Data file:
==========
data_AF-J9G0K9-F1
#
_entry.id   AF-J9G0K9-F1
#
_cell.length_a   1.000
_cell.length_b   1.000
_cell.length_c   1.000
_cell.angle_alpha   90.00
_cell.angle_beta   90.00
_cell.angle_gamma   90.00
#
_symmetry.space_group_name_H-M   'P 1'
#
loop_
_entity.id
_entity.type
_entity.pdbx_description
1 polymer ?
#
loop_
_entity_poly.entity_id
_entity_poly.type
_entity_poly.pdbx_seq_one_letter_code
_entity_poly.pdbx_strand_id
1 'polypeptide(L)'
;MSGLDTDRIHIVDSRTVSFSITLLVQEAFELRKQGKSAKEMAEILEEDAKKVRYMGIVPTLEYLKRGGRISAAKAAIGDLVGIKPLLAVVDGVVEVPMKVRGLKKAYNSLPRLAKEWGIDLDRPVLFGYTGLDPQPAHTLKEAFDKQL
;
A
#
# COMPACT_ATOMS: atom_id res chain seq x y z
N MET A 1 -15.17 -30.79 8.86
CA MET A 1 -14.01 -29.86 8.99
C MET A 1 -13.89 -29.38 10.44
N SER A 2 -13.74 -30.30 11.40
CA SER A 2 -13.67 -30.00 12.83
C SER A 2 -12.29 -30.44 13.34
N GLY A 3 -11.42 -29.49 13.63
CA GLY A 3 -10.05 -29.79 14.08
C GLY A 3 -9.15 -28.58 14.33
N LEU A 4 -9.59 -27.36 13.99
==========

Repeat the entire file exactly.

data_AF-J9G0K9-F1
#
_entry.id   AF-J9G0K9-F1
#
_cell.length_a   1.000
_cell.length_b   1.000
_cell.length_c   1.000
_cell.angle_alpha   90.00
_cell.angle_beta   90.00
_cell.angle_gamma   90.00
#
_symmetry.space_group_name_H-M   'P 1'
#
loop_
_entity.id
_entity.type
_entity.pdbx_description
1 polymer ?
#
loop_
_entity_poly.entity_id
_entity_poly.type
_entity_poly.pdbx_seq_one_letter_code
_entity_poly.pdbx_strand_id
1 'polypeptide(L)'
;MSGLDTDRIHIVDSRTVSFSITLLVQEAFELRKQGKSAKEMAEILEEDAKKVRYMGIVPTLEYLKRGGRISAAKAAIGDLVGIKPLLAVVDGVVEVPMKVRGLKKAYNSLPRLAKEWGIDLDRPVLFGYTGLDPQPAHTLKEAFDKQL
;
A
#
# COMPACT_ATOMS: atom_id res chain seq x y z
N MET A 1 -15.17 -30.79 8.86
CA MET A 1 -14.01 -29.86 8.99
C MET A 1 -13.89 -29.38 10.44
N SER A 2 -13.74 -30.30 11.40
CA SER A 2 -13.67 -30.00 12.83
C SER A 2 -12.29 -30.44 13.34
N GLY A 3 -11.42 -29.49 13.63
CA GLY A 3 -10.05 -29.79 14.08
C GLY A 3 -9.15 -28.58 14.33
N LEU A 4 -9.59 -27.36 13.99